John,

You said:…

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Added by Neil Turner on April 23, 2010 at 2:12pm — 2 Comments

Published: New (and Enhanced) Issue of Museum Anthropology Review

(Reposted) I am very pleased to announce the publication of Museum Anthropology Review 4(1). This is the spring 2010 issue and there are a number of things to say about it. First, a huge expression of thanks go to everyone who worked to bring it into the world. Managing editor Janice Frisch in particular deserves special credit for working hard to bring several new features online.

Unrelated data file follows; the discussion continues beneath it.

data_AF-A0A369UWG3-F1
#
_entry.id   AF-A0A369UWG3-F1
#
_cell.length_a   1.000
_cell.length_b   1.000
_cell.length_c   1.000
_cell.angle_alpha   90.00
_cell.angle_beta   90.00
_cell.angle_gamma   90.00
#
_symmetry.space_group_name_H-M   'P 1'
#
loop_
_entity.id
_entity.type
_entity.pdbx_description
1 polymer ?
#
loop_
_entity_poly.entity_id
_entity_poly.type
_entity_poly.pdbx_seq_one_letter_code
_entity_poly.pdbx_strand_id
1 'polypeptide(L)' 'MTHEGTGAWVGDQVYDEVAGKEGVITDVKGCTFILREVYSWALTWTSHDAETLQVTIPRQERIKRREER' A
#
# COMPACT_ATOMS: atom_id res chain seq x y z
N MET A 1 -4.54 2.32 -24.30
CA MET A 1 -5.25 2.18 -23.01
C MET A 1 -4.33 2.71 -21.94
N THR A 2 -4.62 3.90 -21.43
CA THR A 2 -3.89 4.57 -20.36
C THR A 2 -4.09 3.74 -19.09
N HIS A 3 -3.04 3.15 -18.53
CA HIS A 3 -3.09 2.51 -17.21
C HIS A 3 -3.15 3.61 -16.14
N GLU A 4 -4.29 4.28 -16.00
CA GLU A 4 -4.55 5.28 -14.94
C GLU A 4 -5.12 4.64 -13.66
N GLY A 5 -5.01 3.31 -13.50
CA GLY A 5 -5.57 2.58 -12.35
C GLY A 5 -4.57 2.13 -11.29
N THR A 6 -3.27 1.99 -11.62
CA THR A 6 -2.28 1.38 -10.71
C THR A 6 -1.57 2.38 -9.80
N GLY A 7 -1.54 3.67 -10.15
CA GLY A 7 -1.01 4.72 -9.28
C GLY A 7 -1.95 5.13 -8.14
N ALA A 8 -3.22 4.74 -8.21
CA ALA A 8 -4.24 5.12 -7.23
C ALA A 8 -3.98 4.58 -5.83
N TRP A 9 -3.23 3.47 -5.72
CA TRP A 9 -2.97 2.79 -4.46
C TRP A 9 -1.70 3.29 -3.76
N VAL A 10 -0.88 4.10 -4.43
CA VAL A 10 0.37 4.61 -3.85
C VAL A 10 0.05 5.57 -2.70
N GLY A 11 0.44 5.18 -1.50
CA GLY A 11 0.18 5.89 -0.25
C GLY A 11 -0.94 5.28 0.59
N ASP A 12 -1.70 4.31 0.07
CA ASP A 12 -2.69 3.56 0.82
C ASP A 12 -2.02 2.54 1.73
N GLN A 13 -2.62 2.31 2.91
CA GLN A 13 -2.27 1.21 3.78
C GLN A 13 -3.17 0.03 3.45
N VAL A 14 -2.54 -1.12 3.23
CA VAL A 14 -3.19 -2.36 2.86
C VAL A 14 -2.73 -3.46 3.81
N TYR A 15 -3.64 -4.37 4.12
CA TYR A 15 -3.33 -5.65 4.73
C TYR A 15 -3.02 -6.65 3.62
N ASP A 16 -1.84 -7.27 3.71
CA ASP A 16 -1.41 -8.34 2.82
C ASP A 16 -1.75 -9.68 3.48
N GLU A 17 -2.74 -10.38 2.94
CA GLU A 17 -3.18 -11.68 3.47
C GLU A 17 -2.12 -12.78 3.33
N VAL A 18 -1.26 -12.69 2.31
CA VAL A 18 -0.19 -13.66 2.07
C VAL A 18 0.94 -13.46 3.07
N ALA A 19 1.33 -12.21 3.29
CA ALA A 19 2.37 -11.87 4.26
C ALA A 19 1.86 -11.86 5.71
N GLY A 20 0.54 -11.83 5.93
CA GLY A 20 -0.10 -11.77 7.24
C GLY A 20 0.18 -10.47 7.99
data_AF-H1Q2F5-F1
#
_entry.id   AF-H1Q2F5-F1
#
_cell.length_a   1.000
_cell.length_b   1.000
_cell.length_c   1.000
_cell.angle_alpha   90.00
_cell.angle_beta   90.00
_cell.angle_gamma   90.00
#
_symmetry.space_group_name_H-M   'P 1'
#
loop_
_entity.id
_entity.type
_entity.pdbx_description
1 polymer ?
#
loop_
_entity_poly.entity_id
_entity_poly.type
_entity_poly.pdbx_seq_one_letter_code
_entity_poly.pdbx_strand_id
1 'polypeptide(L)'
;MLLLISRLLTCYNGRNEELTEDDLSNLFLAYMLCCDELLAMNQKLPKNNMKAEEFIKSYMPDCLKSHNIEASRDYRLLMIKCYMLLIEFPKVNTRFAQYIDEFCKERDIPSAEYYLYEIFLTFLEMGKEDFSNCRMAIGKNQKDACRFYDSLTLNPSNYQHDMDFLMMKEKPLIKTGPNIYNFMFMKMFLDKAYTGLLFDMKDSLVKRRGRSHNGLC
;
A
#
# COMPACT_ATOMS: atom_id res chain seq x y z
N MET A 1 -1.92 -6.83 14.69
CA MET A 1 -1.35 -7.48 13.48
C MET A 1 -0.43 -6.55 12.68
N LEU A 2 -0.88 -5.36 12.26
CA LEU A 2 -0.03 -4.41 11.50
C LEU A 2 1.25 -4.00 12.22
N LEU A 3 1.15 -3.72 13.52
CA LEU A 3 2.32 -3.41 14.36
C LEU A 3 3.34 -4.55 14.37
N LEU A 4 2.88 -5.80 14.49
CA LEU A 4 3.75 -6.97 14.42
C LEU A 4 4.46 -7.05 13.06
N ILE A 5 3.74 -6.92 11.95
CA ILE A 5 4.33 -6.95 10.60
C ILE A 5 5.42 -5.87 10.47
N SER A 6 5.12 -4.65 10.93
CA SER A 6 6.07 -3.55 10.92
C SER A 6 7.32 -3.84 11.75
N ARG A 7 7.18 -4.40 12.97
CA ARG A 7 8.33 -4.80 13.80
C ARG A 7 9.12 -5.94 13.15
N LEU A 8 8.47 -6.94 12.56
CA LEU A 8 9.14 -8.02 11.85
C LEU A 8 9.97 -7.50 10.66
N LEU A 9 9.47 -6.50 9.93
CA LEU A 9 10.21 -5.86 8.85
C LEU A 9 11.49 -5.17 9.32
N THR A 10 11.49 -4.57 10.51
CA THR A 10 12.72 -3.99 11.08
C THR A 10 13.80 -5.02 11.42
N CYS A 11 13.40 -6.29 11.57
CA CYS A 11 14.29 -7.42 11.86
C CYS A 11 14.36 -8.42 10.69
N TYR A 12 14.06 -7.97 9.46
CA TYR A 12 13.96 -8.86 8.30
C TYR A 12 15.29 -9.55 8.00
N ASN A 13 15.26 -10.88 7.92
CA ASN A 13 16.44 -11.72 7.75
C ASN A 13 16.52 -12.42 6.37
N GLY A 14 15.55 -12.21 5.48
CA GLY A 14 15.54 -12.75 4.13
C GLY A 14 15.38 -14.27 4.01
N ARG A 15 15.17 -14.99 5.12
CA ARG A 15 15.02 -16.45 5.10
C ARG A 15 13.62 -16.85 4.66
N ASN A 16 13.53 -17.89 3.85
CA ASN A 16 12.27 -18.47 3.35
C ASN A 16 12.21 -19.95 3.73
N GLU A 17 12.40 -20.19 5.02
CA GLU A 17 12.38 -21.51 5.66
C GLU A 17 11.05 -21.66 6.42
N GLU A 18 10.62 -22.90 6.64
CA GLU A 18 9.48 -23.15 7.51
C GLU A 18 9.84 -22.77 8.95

First things first, the issue…

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Added by Jason Baird Jackson on April 23, 2010 at 4:51am — No Comments

keith@oac

Iceland's revenge



At the height of the credit boom, three Icelandic banks built up a huge trade by offering higher interest rates on deposits in Britain especially, but also in some other European countries, notably the Netherlands. At one time these banks had liabilities much larger than Iceland's GNP. Their owners bought football clubs and the like. Iceland has a legally ambiguous relationship to the European Union and it wasn't clear which… Continue

Added by Keith Hart on April 21, 2010 at 9:00am — No Comments

john@oac

Millenium Assessment of Human Behavior


Are you aware of this project, now being promoted by Paul Ehrlich at Stanford University? Seems like it should be right up Keith Hart's alley.


Tip of the hat to…
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Added by John McCreery on April 18, 2010 at 3:23pm — No Comments